Infosec, cybersecurity, call it what you will; IT security is now firmly on the agenda of every business, right? You would certainly think so given the spate of high-profile attacks in recent months, such as those involving WannaCry and NotPetya. Yet for those organizations that managed to escape the attention of those particular threats, and for whom a legacy in-house data defence solution appears to be working just fine, a false sense of overconfidence often prevails (our recent survey found seven key areas where companies were failing with security—check out the full report here). Convincing these clients, who may already be happy with your other managed service offerings, to buy into security as a service can often feel like a Herculean task.
But it doesn't have to be that way. The argument for managed security has never been stronger, and it's essential you get decision-makers to understand the reasons why.
An unsecure customer risks playing Russian Roulette with its own data, but you also have to consider whether the lack of security could also negatively impact you as a managed service provider (MSP)—in terms of legal liability, resource wastage, and brand reputation. Although your client contracts can minimize legal liability through clauses regarding security, enforcing your contract clauses comes at a financial and reputational cost. The former can get out of hand if you are caught up in the investigatory process, despite not actually providing security services to the reluctant client. Reputational damage also impacts your bottom line, given that your embarrassed customer organization will be likely throwing blame in every direction except internally. The social media machine soon starts grinding when a breach is made public and can be very hard to stop.
Educating customers on the benefits of buying into managed security services is key to your own good standing as well as that of the organization concerned. So where do you start? At the beginning, with threat denial syndrome, is the obvious place.
The problem with an “it won't happen to us” approach to security is that when the unthinkable happens, the organization is already on the reactive back foot. It's a bit like arguing against taking out an insurance policy by saying “if nothing happens for 10 years I will have enough to cover any losses and still be in profit,” which relies upon an awful big “if.” From a data protection perspective, that “if” becomes exponentially larger in the current climate of rampant cybercrime, state-sponsored actors, and hacktivist chancers.
Being proactive is the only option that makes sense, by doing this you can help prevent breaches from happening in the first place. Demonstrate to the client your ability to do this providing examples of organizations using legacy solutions as leverage, and half the buy-in battle is won. It’s important to push the 360-degree nature of the managed offering, including web protection against malicious sites; patch management (particularly apt with the WannaCry threat); and mail security, which helps stop both phishing attacks and malware attachments. Explain how active device discovery measures can spot rogue/shadow IT before it does any damage; how your login checks can keep brute force attacks at bay, and how managed antivirus adds yet another layer to the defensive “onion.”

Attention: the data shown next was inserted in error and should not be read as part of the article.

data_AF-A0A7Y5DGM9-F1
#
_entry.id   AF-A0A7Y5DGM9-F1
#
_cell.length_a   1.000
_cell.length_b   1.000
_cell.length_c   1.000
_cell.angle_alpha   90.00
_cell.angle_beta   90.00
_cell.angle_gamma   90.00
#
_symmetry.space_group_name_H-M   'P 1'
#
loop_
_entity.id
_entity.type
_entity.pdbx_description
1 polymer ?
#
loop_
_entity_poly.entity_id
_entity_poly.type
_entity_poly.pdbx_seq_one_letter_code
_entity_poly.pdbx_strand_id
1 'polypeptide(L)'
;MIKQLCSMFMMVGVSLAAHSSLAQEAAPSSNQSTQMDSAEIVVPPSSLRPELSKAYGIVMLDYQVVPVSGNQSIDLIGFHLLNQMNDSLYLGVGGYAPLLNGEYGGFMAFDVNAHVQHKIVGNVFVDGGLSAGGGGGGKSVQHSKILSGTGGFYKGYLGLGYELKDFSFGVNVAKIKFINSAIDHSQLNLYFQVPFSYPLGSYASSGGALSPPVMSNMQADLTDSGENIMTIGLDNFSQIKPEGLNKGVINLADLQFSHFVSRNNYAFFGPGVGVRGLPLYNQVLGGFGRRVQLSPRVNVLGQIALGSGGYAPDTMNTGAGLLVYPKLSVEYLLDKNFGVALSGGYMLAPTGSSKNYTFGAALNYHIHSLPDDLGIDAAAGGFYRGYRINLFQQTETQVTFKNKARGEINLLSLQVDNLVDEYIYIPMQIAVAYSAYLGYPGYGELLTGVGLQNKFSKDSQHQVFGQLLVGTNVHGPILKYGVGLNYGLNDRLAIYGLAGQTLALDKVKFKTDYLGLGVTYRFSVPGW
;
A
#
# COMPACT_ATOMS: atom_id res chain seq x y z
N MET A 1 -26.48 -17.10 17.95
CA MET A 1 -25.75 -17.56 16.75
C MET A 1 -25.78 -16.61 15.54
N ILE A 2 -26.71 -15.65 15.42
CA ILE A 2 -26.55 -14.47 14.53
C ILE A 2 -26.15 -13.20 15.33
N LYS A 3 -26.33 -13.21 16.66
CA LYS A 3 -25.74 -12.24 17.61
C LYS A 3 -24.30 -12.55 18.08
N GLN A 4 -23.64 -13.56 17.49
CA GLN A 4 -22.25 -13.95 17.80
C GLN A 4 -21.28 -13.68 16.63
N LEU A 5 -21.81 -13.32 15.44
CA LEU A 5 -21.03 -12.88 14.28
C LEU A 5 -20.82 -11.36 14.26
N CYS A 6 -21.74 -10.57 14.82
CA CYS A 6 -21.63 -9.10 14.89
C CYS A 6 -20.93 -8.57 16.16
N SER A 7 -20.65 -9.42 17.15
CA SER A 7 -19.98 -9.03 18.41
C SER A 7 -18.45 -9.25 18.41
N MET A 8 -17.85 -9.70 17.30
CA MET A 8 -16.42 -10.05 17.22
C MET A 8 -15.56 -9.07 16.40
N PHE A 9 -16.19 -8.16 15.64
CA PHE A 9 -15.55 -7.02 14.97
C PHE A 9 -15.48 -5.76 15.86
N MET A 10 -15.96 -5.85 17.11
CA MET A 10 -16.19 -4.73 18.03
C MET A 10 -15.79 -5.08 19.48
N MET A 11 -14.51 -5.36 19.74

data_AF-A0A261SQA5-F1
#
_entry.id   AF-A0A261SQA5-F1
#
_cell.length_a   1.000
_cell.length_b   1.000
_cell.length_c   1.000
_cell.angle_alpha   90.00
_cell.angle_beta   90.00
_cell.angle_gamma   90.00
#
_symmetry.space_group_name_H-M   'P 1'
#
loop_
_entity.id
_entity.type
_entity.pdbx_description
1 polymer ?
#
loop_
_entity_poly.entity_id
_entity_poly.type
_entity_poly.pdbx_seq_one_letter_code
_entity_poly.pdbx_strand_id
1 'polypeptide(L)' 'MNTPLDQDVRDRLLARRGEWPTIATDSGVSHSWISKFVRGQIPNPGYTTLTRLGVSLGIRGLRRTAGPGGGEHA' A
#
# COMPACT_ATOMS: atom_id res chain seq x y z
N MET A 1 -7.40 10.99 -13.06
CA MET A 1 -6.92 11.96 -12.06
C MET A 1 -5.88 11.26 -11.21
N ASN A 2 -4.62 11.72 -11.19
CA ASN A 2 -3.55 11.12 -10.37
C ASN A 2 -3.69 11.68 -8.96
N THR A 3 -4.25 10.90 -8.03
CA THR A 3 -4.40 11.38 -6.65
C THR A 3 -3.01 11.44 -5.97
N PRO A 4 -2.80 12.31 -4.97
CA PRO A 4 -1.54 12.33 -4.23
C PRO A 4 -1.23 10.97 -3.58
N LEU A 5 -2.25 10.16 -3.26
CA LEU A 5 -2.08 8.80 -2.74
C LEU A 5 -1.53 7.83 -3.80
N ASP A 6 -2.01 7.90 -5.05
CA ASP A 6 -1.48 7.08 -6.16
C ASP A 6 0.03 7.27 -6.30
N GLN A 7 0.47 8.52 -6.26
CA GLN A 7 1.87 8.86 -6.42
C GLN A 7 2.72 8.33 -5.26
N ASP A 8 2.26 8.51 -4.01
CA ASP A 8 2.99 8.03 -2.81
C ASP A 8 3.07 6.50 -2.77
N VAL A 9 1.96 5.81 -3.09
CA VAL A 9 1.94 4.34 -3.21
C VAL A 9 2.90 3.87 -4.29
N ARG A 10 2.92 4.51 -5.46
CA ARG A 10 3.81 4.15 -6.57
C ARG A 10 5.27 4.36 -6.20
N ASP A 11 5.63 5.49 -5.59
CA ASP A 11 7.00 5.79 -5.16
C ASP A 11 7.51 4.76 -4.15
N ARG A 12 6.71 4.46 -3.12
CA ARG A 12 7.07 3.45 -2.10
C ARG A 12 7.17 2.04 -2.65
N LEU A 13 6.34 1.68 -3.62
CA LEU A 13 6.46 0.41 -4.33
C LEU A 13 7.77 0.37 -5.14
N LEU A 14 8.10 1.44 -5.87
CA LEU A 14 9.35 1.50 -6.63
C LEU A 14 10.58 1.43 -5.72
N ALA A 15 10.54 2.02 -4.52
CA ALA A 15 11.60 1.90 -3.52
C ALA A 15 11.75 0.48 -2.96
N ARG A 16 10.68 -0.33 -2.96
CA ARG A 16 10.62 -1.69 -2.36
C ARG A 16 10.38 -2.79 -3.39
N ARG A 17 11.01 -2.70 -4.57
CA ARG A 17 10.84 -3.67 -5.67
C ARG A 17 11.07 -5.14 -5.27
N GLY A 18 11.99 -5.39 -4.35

This doesn't mean that a managed service cannot also be reactive, and you'll need to explain to your cynical client that you have them covered even if a worst-case scenario becomes reality. Honesty is always the best policy, and admitting that no security system can guarantee 100% success should not be seen as a negative. Use it to bring up the fact that a fully rounded security strategy has to be prepared for such things, and demonstrate how virtual server recovery, hybrid cloud recovery, and other managed resources can help prevent a data disaster becoming a corporate crisis.
The technical solutions hurdle is a relatively easy one to jump, but budgetary concerns raise the bar. But again, this is an argument where the chips are stacked in your favour as an MSP. The bottom line is a universally understood bargaining tool, and connecting the risk of data breach to business finances is a relatively simple argument to make. Especially if your risk intelligence solution can make that argument for you. By placing a clear financial value on the liability inherent in client systems from vulnerabilities and poor access permissions (for example), it paints a picture that even the most security-blasé director can appreciate.
Making sure that security is part of your ongoing customer conversation is the way forward. It shouldn't need to be a hard sell, but it sure should be an essential one.
Davey has been writing about IT security for more than two decades, and is a three times winner of the BT Information Security Journalist of the Year title. An ex-hacker turned security consultant and journalist, Davey was given the prestigious 'Enigma' award for his 'lifetime contribution' to information security journalism in 2011. You can follow Davey on Twitter® at @happygeek
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